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 Posted:   Jun 19, 2012 - 10:33 AM   
 By:   Jim Phelps   (Member)

~For There Were None Better Dept.~













frown

 
 
 Posted:   Jun 19, 2012 - 11:04 AM   
 By:   DaveJ   (Member)

Totally agree with the statement, he played the part both with finesse and aplomb, sadly a great acting talent who died prematurely.

I have seen many actors play Sherlock Holmes and although Basil Rathbone is held in high regard by many, he didn't hold a candle to accuracy of Jeremy's portrayal IMHO.

 
 Posted:   Jun 19, 2012 - 11:16 AM   
 By:   Michael Scorefan   (Member)

I remember watching his performances as Holmes when PBS used to broadcast the Granada series on the show "Mystery", which was hosted by Vincent Price at the time. Brett is the definitive Holmes for me, and his performance helped cement my life-long interest in the character. I believe most, if not all, of his Holmes performances are available on Netflix streaming.

 
 Posted:   Jun 19, 2012 - 11:37 AM   
 By:   Jim Phelps   (Member)

DaveJ and Michael Scorefan, welcome! I don't believe we've ever interacted before now. Nice to "meet" you both! smile

While we haven't grad-yee-ated to the Realm of Streaming quite yet, we still remain in awe (shucks notwithstanding) of a little somethin' we call--

"The Big Green Box" (anna small pitcher fer irony's sake!)



big grin (See? It's green!)

 
 Posted:   Jun 19, 2012 - 11:40 AM   
 By:   Eric Paddon   (Member)

Performance wise, I rate Brett high but I'm still not sure whether I regard him as the best to play Holmes. Certainly no worse than Top 3 overall.

The episodes themselves, for some reason, I have never warmed up completely to. Some of the changes like having Moriarty be responsible for "The Redheaded League" and not having Watson get married prevented the adaptations from being as "definitive" as the BBC Radio episodes of the 90s were (though the Holmes in those productions, Clive Merrison, was way too eccentric and not very likable).

 
 Posted:   Jun 19, 2012 - 1:00 PM   
 By:   Jim Phelps   (Member)

~With a Little Help from His Friends Dept.~

As brilliant as Brett was, he had valuable assistance from his "Bosworths", the lightning-striking-twice-in-the-same-series Watsons.

Foist, there was David Burke



His was a most ebullient take on Baker Street's resident physician, expressing joy, wonder, and amazement at our Consulting Detective's abilities. Burke coulda--but didn't--take things over the top and conveyed the requisite amount of heartbreak in "The Final Problem."

But The Gold Standard for Watson has to be Edward Hardwicke's serious, studied portrayal of Holmes' bestest pal. "Cecil's boy" really manned up and made the role his own. Never afraid to stand up to Holmes' more eccentric and self-destructive impulses.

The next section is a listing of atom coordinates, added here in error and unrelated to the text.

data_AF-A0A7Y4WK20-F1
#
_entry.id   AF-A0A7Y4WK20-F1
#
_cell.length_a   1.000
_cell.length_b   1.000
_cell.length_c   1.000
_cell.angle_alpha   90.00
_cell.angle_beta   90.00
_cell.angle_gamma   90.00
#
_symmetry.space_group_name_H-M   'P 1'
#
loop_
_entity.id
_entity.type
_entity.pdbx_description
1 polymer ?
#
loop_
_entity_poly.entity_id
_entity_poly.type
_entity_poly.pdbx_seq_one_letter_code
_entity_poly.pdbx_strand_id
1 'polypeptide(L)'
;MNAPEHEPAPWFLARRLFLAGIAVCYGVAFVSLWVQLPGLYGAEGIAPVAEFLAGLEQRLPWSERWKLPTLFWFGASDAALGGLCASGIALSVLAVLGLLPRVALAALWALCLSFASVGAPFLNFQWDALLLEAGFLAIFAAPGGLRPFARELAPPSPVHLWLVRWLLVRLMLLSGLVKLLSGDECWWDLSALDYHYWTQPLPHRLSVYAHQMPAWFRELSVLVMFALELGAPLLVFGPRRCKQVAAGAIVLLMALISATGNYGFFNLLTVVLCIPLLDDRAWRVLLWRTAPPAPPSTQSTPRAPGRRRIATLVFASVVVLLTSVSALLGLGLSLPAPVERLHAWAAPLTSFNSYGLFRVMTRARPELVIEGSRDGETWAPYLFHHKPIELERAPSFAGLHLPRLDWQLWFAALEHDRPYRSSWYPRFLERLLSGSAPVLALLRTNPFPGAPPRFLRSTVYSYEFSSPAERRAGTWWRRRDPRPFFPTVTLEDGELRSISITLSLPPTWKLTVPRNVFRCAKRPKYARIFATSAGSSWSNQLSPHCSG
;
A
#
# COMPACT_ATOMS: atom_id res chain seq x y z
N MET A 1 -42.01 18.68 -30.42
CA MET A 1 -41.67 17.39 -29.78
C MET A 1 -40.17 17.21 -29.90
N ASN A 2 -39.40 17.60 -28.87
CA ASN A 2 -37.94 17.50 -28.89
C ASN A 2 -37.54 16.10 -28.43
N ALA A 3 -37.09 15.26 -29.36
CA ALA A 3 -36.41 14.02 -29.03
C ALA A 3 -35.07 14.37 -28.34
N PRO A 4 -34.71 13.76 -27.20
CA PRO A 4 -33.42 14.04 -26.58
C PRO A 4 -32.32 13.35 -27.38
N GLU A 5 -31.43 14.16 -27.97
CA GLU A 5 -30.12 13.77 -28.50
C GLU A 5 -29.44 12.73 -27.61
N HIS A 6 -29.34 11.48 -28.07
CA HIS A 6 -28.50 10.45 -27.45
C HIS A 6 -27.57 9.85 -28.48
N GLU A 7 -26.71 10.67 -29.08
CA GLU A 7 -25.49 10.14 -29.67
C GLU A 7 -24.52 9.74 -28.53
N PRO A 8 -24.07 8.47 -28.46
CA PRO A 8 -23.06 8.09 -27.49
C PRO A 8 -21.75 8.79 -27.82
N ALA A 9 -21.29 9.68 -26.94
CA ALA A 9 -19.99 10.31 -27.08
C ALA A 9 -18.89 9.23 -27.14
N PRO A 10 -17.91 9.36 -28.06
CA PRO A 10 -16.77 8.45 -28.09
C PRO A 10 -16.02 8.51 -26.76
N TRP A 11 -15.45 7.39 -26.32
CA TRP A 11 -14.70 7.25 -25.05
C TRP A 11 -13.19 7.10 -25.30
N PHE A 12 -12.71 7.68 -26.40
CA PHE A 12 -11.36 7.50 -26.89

...and no one ever defended a lady's honor quite like Hardwicke's Watson...

Except for maybe...


 
 
 Posted:   Jun 19, 2012 - 1:32 PM   
 By:   Lee S   (Member)

Loved the series and agree with everything you said, except I would give the edge to Burke's Watson. He always seemed to have better chemistry with Brett and I was more comfortable with him as my audience surrogate.

 
 Posted:   Jun 20, 2012 - 6:19 AM   
 By:   Jim Phelps   (Member)

Let's Also Not Forget The Maestro Dept.

Patrick Gowers' stellar theme is another hallmark of the great Granada series. His variations capture every possible mood. We submit to you his work for "The Final Problem."

 
 Posted:   Jun 20, 2012 - 8:08 AM   
 By:   Michael Scorefan   (Member)

Thanks for the welcome Jim. I don't post all that often, so that likely explains why we haven't interacted at all. I agree with you about the Patrick Gowers theme. I used to record the episodes, and would watch the opening and closing credits multiple times to hear the theme. I have since acquired the cd to the Granada series, which I enjoy.

I was happy with both actors who portrayed Watson. In fact, when I first saw the episodes (keep in mind I was much younger, and there was a gap between seasons) it took me a couple of episodes to figure out that here was a different actor playing Watson! Although the Granada series was very faithful to the source material, they did make some changes. Some of which I didn't care for, such as the change to the Red Headed League that Eric mentioned above, but one of the changes I really liked, is the series really built up Watson as being a very capable person worthy of teaming up with Holmes.

 
 
 Posted:   Jun 20, 2012 - 11:42 AM   
 By:   Michael24   (Member)

Brett is my favorite Holmes. My first exposure came in 1990, when my sixth grade class watched "The Speckled Band" after reading the short story. I was instantly fascinated by the Holmes character and loved the actor who played him, but it was nearly a decade later that I discovered who he was and that it was actually an episode of a TV show, with many more episodes to enjoy. I only have the The Adventures... and The Return of... on DVD, but I've watched those episodes (especially the very early ones) countless times over the last several years. Have wanted to get that remastered box set since it came out. Just still too expensive for me. One day.